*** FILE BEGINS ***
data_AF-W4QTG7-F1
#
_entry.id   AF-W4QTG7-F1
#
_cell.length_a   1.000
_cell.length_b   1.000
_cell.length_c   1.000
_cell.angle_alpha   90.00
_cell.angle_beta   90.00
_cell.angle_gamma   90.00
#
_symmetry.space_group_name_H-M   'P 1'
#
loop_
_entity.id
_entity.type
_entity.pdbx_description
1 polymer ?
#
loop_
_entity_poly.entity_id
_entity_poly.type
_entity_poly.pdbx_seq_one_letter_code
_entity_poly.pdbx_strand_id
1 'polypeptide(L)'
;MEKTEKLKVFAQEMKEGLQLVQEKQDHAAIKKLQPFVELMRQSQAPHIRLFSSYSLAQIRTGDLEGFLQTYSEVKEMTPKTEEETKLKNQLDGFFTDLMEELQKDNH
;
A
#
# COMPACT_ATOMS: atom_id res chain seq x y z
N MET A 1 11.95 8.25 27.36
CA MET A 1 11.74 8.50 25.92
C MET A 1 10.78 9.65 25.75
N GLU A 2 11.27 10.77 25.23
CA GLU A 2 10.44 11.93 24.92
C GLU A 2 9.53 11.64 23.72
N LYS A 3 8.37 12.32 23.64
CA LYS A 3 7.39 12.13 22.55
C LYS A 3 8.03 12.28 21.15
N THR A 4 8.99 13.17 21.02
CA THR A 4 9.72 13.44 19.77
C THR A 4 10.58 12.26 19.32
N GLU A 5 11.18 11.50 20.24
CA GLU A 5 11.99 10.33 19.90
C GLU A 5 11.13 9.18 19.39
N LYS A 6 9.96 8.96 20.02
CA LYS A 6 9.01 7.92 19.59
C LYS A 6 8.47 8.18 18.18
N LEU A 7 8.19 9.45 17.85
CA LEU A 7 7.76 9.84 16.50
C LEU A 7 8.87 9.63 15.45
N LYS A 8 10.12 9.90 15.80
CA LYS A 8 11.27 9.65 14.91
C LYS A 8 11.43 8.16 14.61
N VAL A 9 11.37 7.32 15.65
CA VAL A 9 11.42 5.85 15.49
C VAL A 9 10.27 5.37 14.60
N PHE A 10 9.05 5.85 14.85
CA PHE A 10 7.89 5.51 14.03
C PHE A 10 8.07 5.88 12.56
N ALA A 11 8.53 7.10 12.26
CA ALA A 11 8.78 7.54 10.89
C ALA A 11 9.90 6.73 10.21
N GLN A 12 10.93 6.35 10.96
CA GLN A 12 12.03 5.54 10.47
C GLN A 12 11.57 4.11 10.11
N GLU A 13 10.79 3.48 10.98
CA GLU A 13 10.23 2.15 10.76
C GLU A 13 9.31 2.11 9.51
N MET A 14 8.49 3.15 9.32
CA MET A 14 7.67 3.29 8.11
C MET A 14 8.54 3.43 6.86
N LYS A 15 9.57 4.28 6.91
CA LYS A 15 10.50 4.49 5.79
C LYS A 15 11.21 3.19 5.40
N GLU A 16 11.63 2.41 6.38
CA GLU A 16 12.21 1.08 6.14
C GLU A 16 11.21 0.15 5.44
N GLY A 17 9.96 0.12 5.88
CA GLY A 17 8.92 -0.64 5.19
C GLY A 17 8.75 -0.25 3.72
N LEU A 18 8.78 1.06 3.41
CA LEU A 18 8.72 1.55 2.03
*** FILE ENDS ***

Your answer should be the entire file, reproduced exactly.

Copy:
data_AF-W4QTG7-F1
#
_entry.id   AF-W4QTG7-F1
#
_cell.length_a   1.000
_cell.length_b   1.000
_cell.length_c   1.000
_cell.angle_alpha   90.00
_cell.angle_beta   90.00
_cell.angle_gamma   90.00
#
_symmetry.space_group_name_H-M   'P 1'
#
loop_
_entity.id
_entity.type
_entity.pdbx_description
1 polymer ?
#
loop_
_entity_poly.entity_id
_entity_poly.type
_entity_poly.pdbx_seq_one_letter_code
_entity_poly.pdbx_strand_id
1 'polypeptide(L)'
;MEKTEKLKVFAQEMKEGLQLVQEKQDHAAIKKLQPFVELMRQSQAPHIRLFSSYSLAQIRTGDLEGFLQTYSEVKEMTPKTEEETKLKNQLDGFFTDLMEELQKDNH
;
A
#
# COMPACT_ATOMS: atom_id res chain seq x y z
N MET A 1 11.95 8.25 27.36
CA MET A 1 11.74 8.50 25.92
C MET A 1 10.78 9.65 25.75
N GLU A 2 11.27 10.77 25.23
CA GLU A 2 10.44 11.93 24.92
C GLU A 2 9.53 11.64 23.72
N LYS A 3 8.37 12.32 23.64
CA LYS A 3 7.39 12.13 22.55
C LYS A 3 8.03 12.28 21.15
N THR A 4 8.99 13.17 21.02
CA THR A 4 9.72 13.44 19.77
C THR A 4 10.58 12.26 19.32
N GLU A 5 11.18 11.50 20.24
CA GLU A 5 11.99 10.33 19.90
C GLU A 5 11.13 9.18 19.39
N LYS A 6 9.96 8.96 20.02
CA LYS A 6 9.01 7.92 19.59
C LYS A 6 8.47 8.18 18.18
N LEU A 7 8.19 9.45 17.85
CA LEU A 7 7.76 9.84 16.50
C LEU A 7 8.87 9.63 15.45
N LYS A 8 10.12 9.90 15.80
CA LYS A 8 11.27 9.65 14.91
C LYS A 8 11.43 8.16 14.61
N VAL A 9 11.37 7.32 15.65
CA VAL A 9 11.42 5.85 15.49
C VAL A 9 10.27 5.37 14.60
N PHE A 10 9.05 5.85 14.85
CA PHE A 10 7.89 5.51 14.03
C PHE A 10 8.07 5.88 12.56
N ALA A 11 8.53 7.10 12.26
CA ALA A 11 8.78 7.54 10.89
C ALA A 11 9.90 6.73 10.21
N GLN A 12 10.93 6.35 10.96
CA GLN A 12 12.03 5.54 10.47
C GLN A 12 11.57 4.11 10.11
N GLU A 13 10.79 3.48 10.98
CA GLU A 13 10.23 2.15 10.76
C GLU A 13 9.31 2.11 9.51
N MET A 14 8.49 3.15 9.32
CA MET A 14 7.67 3.29 8.11
C MET A 14 8.54 3.43 6.86
N LYS A 15 9.57 4.28 6.91
CA LYS A 15 10.50 4.49 5.79
C LYS A 15 11.21 3.19 5.40
N GLU A 16 11.63 2.41 6.38
CA GLU A 16 12.21 1.08 6.14
C GLU A 16 11.21 0.15 5.44
N GLY A 17 9.96 0.12 5.88
CA GLY A 17 8.92 -0.64 5.19
C GLY A 17 8.75 -0.25 3.72
N LEU A 18 8.78 1.06 3.41
CA LEU A 18 8.72 1.55 2.03